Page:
November 17, 2006
(Last week’s Carol Channing interview is here.)
Honor those who aren't victims, too
A tribute to pioneers of the transgender community
With November 20 just a few days away, organizations across the state are hosting events for the Transgender Day of Remembrance, a requiem for victims of violence, targeted because they are transgender, martyred because of anti-transgender hatred.
However, in remembering those countless victims who have been violently attacked and whose only recognition might be in a brief news story somewhere, it is important to also remember transgender people who made strides for equality, or brought the transgender community to the public eye in a meaningful way.
Take, for instance,
A former member of the armed services and widely regarded as one of the most notable crusading attorneys fighting for transgender equality, as well as civil rights for the entire LGBT spectrum, Barnabee’s efforts on behalf of Jimmie Lee Smith, a firefighter in Salem, Ohio, resulted in a ruling from the Sixth Circuit Court of Appeals in Cincinnati that added transgender people to the Civil Rights Act of 1964.
Barnabee argued that a 1989 ruling on sexual stereotyping as a form of sexual discrimination applied to transsexuals, and the court agreed with her.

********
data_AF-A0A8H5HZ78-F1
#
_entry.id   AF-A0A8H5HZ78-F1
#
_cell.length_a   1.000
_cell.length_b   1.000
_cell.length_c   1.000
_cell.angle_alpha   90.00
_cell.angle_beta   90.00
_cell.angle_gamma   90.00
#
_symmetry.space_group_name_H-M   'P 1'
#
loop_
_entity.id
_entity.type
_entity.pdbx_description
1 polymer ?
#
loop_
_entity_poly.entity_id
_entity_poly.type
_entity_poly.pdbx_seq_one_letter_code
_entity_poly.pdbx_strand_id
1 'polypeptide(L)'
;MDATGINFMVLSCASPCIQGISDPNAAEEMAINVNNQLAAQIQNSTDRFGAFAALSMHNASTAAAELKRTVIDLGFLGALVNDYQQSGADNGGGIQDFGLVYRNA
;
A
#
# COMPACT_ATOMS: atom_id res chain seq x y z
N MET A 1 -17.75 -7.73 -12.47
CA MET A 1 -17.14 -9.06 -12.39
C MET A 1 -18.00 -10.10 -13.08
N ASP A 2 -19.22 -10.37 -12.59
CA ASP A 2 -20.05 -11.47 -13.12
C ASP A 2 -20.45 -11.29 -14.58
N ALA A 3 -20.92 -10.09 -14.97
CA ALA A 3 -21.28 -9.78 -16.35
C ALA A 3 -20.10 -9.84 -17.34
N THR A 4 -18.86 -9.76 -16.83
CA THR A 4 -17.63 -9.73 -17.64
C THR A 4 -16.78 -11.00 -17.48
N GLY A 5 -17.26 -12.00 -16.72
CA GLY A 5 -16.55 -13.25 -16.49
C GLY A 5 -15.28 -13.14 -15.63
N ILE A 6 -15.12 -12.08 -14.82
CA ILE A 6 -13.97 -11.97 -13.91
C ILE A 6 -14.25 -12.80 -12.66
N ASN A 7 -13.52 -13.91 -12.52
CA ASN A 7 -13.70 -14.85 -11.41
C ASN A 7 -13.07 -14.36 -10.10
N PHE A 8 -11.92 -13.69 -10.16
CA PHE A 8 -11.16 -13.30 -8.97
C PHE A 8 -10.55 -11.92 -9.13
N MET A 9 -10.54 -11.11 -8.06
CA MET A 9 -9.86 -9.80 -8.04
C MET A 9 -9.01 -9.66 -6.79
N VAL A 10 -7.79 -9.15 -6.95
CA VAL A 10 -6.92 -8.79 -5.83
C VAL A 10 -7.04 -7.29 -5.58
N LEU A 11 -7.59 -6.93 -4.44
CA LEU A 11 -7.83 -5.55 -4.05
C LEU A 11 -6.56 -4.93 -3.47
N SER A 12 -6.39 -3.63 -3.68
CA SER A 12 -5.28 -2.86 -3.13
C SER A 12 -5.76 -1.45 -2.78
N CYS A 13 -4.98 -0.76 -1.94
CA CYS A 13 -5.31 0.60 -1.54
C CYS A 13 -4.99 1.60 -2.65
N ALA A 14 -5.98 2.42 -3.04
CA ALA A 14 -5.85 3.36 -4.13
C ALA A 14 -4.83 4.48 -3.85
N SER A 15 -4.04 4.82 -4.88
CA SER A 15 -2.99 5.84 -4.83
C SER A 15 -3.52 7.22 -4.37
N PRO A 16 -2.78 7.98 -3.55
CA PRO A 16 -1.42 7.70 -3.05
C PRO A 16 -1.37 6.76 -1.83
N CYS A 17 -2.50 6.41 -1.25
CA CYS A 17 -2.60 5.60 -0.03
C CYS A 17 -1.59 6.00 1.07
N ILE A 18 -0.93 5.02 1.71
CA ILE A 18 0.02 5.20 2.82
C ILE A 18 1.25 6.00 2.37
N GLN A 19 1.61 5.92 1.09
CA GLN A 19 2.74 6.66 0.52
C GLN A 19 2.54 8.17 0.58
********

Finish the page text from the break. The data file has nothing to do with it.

Another prominent attorney is Phyllis Randolph Frye of Houston, who has been involved in the LGBT rights struggle since the days of boycotting orange juice in protest of Anita Bryant’s 1977 anti-gay crusade.
She convened the first international transgender law conference in 1992, and worked on Christie Lee Littleton’s case. While that case turned out badly (the Texas court ruled that genitals at birth indicate sex for life), Frye continues to advocate, educate and litigate for TG people and the rest of the community, in part through her website, www.transgenderlegal.com.
Jazz pianist and saxophonist Billy Tipton was born Dorothy Lucille Tipton, but lived as a man for almost his entire life. He achieved fame for his musical skills, both in bands led by others and in his own Billy Tipton Trio.
After retiring from the road, he became an entertainment agent.
While he was married five times, none of his wives knew he was biologically female. He explained away the lack of a penis and the bandages over the breast with the tale of a horrific car crash that left him scarred.
Jamison Green, another trans man, released Becoming a Visible Man in 2004. It became a finalist for a Lambda Literary Award and won the Sylvia Rivera Award for Best Book in Transgender Studies from the Center for Lesbian and Gay Studies.
Green led FTM International from 1991 to 1999, and is involved with almost every major LGBT organization in the country, including the Human Rights Campaign, Transgender Law and Policy Institute and the Harry Benjamin International Gender Dysphoria Association. He is currently the chair of Gender Education and Advocacy, whose website is www.gender.org.
Of course, for authors, the benchmark is Leslie Feinberg, whose Stone Butch Blues is required reading in gender classes at universities across the nation.